Cemetery Boys by Aiden Thomas

Cemetery Boys by Aiden ThomasCemetery Boys by Aiden Thomas
Narrator: Avi Roque
Published by MacMillan Audio
Published on 1 September 2020
Genres: Contemporary, Death & Dying, Love & Romance, Paranormal, United States, Young Adult
Format: Audiobook
Source: my local library
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RRP: $29.99
4 Stars

Yadriel has summoned a ghost, and now he can’t get rid of him.
When his traditional Latinx family has problems accepting his gender, Yadriel becomes determined to prove himself a real brujo. With the help of his cousin and best friend Maritza, he performs the ritual himself, and then sets out to find the ghost of his murdered cousin and set it free.
However, the ghost he summons is actually Julian Diaz, the school’s resident bad boy, and Julian is not about to go quietly into death. He’s determined to find out what happened and tie up some loose ends before he leaves. Left with no choice, Yadriel agrees to help Julian, so that they can both get what they want. But the longer Yadriel spends with Julian, the less he wants to let him leave.

Cemetery Boys is an #ownvoices book about a gay trans Latinx boy trying to prove his place in his community: he believes that if he can prove he is a brujo, a kind of Latino witchdoctor who can summon, guide, and banish the spirits of the departed, instead of one of the traditionally feminine healing brujas, his community will accept him as a boy. To do this, he accidentally summons the spirit of a bad boy classmate, who only fellow brujex can actually see.

To be honest, I really want to add, ‘together the two must solve a mystery before Julian can move on’ but the book is so not about solving mysteries, it is 100% about the romantic relationship between Yadriel and Julian. I mean, there is a kind of mystery, in that Julian can’t remember how he was killed or where his body is, and there’s also a kind of half-hearted attempt at Yadriel’s cousin who is missing, presumed dead, but it’s not really urgent at all to find the missing cousin since Dios de los Muertos (the Day of the Dead, which I learned a lot about in this book) is on in a couple of days, and brujex spirits come back on that day and Yadriel’s cousin can just… tell everyone what happened to him then? So it’s not, like… imperative… that they find him. I called this a false sense of urgency since there are really no stakes. “We need to do this before Dio de los Muertos, for reasons, but we don’t really need to since Cousin will just tell us when he comes back to visit” was incredibly poor motivation – but only if you consider it important to the plot, which it was not.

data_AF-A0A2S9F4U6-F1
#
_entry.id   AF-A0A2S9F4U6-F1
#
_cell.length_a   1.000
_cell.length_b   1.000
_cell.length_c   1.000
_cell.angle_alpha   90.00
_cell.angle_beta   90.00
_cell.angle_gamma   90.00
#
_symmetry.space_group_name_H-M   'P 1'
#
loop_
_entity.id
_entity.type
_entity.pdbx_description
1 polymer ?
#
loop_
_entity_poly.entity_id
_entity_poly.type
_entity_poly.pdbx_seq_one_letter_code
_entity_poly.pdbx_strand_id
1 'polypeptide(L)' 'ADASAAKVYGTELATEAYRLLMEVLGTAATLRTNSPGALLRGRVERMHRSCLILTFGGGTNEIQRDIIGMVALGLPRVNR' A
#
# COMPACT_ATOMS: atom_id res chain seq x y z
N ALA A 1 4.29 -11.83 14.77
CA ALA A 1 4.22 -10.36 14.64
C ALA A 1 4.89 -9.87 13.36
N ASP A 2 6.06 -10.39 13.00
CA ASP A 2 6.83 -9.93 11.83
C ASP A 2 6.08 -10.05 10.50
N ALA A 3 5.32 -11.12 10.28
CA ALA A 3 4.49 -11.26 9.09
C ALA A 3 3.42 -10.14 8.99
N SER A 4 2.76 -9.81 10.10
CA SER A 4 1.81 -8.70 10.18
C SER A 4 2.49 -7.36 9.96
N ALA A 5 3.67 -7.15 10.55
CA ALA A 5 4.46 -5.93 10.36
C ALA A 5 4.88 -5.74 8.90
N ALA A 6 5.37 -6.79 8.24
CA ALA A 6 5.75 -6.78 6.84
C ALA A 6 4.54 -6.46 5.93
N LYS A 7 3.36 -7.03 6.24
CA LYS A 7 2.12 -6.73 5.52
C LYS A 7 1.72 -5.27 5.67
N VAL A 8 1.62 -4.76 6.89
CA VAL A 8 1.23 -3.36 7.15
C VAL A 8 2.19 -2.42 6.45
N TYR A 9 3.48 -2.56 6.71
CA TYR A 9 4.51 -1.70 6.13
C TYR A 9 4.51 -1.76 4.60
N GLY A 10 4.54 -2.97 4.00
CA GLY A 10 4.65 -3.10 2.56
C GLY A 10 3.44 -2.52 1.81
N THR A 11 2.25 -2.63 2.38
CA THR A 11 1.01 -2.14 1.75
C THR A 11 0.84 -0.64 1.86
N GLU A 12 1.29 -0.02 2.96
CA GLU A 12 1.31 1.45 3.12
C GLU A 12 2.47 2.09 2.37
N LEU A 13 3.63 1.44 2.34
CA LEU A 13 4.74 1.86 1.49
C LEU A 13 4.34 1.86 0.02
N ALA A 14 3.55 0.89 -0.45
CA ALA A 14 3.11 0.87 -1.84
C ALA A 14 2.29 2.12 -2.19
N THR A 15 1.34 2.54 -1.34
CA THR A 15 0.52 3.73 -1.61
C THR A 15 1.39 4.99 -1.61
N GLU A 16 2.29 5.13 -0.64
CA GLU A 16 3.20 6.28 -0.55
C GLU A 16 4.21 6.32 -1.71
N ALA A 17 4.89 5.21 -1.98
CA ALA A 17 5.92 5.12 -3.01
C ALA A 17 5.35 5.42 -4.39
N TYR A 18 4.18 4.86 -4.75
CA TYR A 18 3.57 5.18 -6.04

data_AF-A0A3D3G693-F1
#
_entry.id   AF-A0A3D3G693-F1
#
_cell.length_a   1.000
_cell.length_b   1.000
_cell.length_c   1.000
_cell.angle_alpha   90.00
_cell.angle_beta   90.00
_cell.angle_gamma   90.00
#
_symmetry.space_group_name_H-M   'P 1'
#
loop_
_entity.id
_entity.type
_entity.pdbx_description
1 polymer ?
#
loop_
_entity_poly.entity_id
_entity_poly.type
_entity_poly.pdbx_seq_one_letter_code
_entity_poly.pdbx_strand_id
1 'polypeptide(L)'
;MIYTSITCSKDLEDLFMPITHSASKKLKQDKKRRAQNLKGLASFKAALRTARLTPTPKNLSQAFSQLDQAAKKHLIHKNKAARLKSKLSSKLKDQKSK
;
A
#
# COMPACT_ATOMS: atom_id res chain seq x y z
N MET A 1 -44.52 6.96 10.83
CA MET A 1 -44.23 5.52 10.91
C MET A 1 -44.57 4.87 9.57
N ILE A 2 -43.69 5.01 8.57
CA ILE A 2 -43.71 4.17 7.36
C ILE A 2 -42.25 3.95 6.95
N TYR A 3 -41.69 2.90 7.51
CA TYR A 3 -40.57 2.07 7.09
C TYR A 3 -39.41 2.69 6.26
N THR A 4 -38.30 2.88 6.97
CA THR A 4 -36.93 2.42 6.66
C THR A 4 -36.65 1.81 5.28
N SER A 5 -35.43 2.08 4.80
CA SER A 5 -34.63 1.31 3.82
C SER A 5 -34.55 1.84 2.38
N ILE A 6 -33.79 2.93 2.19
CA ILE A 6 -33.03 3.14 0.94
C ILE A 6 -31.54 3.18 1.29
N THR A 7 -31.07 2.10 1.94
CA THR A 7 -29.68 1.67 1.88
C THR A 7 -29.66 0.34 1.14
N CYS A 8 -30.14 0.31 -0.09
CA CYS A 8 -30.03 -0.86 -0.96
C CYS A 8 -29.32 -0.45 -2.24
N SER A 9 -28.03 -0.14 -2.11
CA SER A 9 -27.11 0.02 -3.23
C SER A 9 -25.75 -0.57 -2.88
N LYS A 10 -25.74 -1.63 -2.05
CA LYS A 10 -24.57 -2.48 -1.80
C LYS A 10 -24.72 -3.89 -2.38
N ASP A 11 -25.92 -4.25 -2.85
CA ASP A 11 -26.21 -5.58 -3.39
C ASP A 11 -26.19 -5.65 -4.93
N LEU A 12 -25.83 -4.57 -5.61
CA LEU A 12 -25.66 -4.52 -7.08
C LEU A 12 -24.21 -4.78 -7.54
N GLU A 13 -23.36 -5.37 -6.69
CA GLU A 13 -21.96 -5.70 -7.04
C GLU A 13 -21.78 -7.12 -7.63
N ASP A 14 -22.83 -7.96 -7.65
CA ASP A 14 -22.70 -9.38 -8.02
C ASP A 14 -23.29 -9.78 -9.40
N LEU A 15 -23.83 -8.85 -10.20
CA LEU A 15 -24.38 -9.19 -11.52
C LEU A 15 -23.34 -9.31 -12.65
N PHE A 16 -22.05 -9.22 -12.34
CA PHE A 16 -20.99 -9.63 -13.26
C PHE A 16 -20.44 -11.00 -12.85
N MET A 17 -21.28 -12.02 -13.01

I think I would have liked this book more if it was more plot and less romance. Specifically because the romance wasn’t particularly romantic. I would have liked it if there was some kind of tension since Julian is in ghost form and they can’t physically touch, but it seemed strangely absent. There were some really nice vulnerable moments from both Yadriel and Julian as their relationship turned genuine and meaningful, and I could tell that they were beginning to care about each other, but there was like… no real emotional feelings? There was some fluttery tummy reactions from Yads but I just wasn’t feeling it between the two. They could have been friends instead of romantic interests. However, I did really like that Julian 100% accepted Yadriel right from the beginning.